There are five types of nonverbal signals giving insights into our inner emotions and thoughts: emotional expressions, emblems, illustrators, adaptors and regulators.
Regulators are controlling a conversation.
This includes for example nodding with the head when listening to someone or breaking eye contact. It is important to know those signals to distinguish the purpose of the signal. Nodding with the head can also be an emblem and it is important to know which it is to interpret correctly.
We already have an intuitive knowledge of all the regulator signals and don’t need to learn them specifically. But still, you should be able to differentiate if a signal is used as a regulator or might be something else, for example an emblem.
Emblems are body language signals that have a direct translation.
For example, showing a number with your fingers is an emblem. These are culturally specific, meaning that one emblem can mean something else in a different country. Like regulators you already know the emblems of your culture and are able to recognize them. But it is still useful to be able to spot them.
If someone is asked a question and answers positively but at the same time showing a subtle shaking of the head (the emblem for “no” in the western culture) we have a signal that is in-congruent with what is said. This is a first sign for potential deception. Hence, emblems can be useful to spot incongruity or innate conditions (e.g. a shoulder shrug = I’m not sure / I don’t know).
But as always be careful with jumping to conclusions. Seemingly incongruent signals can actually be congruent. Take an audience member that congratulates the speaker after the presentation and says, “I did not expect to like your presentation so much!” while subtly shaking his head. Here the shaking of the head is not necessarily incongruent with the positive emotions he is expressing verbally, but might rather express his disbelief of how he didn’t expect to like it.
Illustrators are non-verbal signals that accompany our speech. They emphasize what is said and don’t communicate meaning in themselves.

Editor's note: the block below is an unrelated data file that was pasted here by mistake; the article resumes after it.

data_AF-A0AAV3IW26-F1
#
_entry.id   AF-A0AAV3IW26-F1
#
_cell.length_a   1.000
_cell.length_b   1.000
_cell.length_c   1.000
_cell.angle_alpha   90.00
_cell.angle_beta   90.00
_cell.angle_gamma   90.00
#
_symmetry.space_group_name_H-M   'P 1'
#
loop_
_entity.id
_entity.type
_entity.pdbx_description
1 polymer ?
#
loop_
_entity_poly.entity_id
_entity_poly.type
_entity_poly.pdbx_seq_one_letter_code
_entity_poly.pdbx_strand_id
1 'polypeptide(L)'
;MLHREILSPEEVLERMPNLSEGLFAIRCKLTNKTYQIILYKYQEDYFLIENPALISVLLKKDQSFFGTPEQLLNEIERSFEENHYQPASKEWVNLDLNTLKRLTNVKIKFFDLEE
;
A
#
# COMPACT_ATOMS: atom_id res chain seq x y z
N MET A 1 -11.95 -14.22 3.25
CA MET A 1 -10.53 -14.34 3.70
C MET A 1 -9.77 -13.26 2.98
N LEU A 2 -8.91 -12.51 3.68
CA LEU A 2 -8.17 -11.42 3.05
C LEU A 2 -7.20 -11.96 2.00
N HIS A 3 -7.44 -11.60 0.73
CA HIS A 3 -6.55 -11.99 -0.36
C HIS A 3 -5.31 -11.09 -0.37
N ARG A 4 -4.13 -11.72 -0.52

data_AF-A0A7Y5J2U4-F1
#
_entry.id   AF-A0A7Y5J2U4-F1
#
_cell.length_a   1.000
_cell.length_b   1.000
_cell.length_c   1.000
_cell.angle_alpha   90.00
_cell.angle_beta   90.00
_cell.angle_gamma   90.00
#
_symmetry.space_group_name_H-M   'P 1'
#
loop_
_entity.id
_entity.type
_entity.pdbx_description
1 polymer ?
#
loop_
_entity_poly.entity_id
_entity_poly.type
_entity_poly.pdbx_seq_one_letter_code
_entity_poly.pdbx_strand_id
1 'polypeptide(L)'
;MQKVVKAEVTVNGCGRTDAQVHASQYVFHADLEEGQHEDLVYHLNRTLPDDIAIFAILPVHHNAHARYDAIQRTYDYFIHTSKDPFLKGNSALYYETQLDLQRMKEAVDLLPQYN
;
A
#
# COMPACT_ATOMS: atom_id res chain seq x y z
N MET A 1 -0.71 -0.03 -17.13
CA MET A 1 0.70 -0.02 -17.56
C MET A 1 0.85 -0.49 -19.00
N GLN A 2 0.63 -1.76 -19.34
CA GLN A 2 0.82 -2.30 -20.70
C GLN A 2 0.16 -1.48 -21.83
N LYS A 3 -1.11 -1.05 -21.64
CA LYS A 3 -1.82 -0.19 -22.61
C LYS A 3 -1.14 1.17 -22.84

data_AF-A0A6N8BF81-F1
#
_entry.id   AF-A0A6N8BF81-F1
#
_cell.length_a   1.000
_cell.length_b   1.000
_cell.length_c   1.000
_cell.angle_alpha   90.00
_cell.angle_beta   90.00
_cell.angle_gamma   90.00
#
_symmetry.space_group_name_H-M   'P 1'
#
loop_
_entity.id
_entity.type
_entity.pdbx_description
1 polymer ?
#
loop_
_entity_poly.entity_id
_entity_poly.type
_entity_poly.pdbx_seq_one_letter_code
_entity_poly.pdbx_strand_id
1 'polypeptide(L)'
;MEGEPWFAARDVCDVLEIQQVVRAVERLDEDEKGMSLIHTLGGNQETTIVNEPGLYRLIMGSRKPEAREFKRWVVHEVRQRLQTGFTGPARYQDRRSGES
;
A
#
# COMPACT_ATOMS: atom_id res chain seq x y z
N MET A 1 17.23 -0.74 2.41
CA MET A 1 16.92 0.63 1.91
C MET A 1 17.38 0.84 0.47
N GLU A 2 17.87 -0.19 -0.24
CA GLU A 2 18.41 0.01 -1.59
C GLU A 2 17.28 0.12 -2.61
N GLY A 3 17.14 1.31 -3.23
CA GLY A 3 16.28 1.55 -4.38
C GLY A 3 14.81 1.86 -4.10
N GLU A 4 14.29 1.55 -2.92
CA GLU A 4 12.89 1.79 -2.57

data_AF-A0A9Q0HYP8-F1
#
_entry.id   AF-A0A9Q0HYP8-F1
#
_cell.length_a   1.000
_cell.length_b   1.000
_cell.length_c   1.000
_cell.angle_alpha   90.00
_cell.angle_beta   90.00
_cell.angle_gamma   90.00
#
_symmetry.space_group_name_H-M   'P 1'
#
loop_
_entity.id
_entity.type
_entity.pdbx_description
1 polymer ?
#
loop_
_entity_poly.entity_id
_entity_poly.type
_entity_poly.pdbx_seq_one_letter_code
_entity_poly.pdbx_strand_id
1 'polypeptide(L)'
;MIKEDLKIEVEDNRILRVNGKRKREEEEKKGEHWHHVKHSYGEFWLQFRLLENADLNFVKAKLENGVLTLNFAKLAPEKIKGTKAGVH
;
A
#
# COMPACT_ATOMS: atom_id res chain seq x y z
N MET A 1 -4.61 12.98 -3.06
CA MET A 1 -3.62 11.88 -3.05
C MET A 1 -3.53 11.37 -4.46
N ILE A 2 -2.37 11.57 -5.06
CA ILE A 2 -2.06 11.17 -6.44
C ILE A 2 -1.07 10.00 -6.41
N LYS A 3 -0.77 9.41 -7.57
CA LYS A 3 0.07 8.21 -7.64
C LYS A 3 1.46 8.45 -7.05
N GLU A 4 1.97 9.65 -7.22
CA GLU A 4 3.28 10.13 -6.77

Illustrators include pointing gestures, rhythmically emphasizing certain words or illustrating a visual or abstract concept (for example shaping an object that is described).
Similar to emblems, illustrators are culturally specific and dependent on the individual. British people show much less illustrators in a conversation compared to Italians, for example (as found by Graham & Argyle in 1975). They can convey important information by the frequency and intensity by which they are shown.
Illustrators increase when people are:
- emotionally involved
They decrease when people are:
Adaptors — Recognizing discomfort
Adaptors are also sometimes called manipulators or pacifiers. They are gestures with the purpose of comforting us. When we get more stressed, annoyed, worried or generally uncomfortable the number of adaptors we show increases. Adaptors are all about touch through which we get calming endorphins in our blood that comforts us. There are three types of adaptors:
Self-adaptors are gestures with which we touch ourselves. The following are the most common self-adaptors:
- Touching or scratching face, neck or throat
- Playing with hair or beard
- Licking, biting or sucking the lips
- Playing with the tongue in the mouth
- Blowing your cheeks
- Wringing and playing with your hands
- Massaging earlobes
- Stroking with hands on upper legs